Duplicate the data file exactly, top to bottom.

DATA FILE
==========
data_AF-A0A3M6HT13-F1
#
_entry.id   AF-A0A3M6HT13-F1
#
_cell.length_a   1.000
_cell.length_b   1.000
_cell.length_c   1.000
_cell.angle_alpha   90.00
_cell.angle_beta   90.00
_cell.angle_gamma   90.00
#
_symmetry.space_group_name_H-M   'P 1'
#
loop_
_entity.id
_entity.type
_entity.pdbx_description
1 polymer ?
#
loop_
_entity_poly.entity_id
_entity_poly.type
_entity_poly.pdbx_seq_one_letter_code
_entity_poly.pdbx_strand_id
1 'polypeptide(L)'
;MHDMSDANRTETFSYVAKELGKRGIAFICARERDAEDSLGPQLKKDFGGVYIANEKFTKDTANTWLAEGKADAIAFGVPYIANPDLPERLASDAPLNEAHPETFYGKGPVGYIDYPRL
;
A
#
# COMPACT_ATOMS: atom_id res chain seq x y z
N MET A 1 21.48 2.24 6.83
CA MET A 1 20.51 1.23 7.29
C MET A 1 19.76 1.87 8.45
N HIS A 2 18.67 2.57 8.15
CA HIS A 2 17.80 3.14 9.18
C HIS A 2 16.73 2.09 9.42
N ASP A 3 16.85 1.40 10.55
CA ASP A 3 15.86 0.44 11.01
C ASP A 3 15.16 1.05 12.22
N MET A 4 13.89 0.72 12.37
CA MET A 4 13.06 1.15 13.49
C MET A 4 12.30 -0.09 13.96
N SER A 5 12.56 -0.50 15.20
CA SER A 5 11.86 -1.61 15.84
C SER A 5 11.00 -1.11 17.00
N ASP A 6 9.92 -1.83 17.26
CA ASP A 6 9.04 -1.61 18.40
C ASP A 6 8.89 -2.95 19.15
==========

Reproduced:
data_AF-A0A3M6HT13-F1
#
_entry.id   AF-A0A3M6HT13-F1
#
_cell.length_a   1.000
_cell.length_b   1.000
_cell.length_c   1.000
_cell.angle_alpha   90.00
_cell.angle_beta   90.00
_cell.angle_gamma   90.00
#
_symmetry.space_group_name_H-M   'P 1'
#
loop_
_entity.id
_entity.type
_entity.pdbx_description
1 polymer ?
#
loop_
_entity_poly.entity_id
_entity_poly.type
_entity_poly.pdbx_seq_one_letter_code
_entity_poly.pdbx_strand_id
1 'polypeptide(L)'
;MHDMSDANRTETFSYVAKELGKRGIAFICARERDAEDSLGPQLKKDFGGVYIANEKFTKDTANTWLAEGKADAIAFGVPYIANPDLPERLASDAPLNEAHPETFYGKGPVGYIDYPRL
;
A
#
# COMPACT_ATOMS: atom_id res chain seq x y z
N MET A 1 21.48 2.24 6.83
CA MET A 1 20.51 1.23 7.29
C MET A 1 19.76 1.87 8.45
N HIS A 2 18.67 2.57 8.15
CA HIS A 2 17.80 3.14 9.18
C HIS A 2 16.73 2.09 9.42
N ASP A 3 16.85 1.40 10.55
CA ASP A 3 15.86 0.44 11.01
C ASP A 3 15.16 1.05 12.22
N MET A 4 13.89 0.72 12.37
CA MET A 4 13.06 1.15 13.49
C MET A 4 12.30 -0.09 13.96
N SER A 5 12.56 -0.50 15.20
CA SER A 5 11.86 -1.61 15.84
C SER A 5 11.00 -1.11 17.00
N ASP A 6 9.92 -1.83 17.26
CA ASP A 6 9.04 -1.61 18.40
C ASP A 6 8.89 -2.95 19.15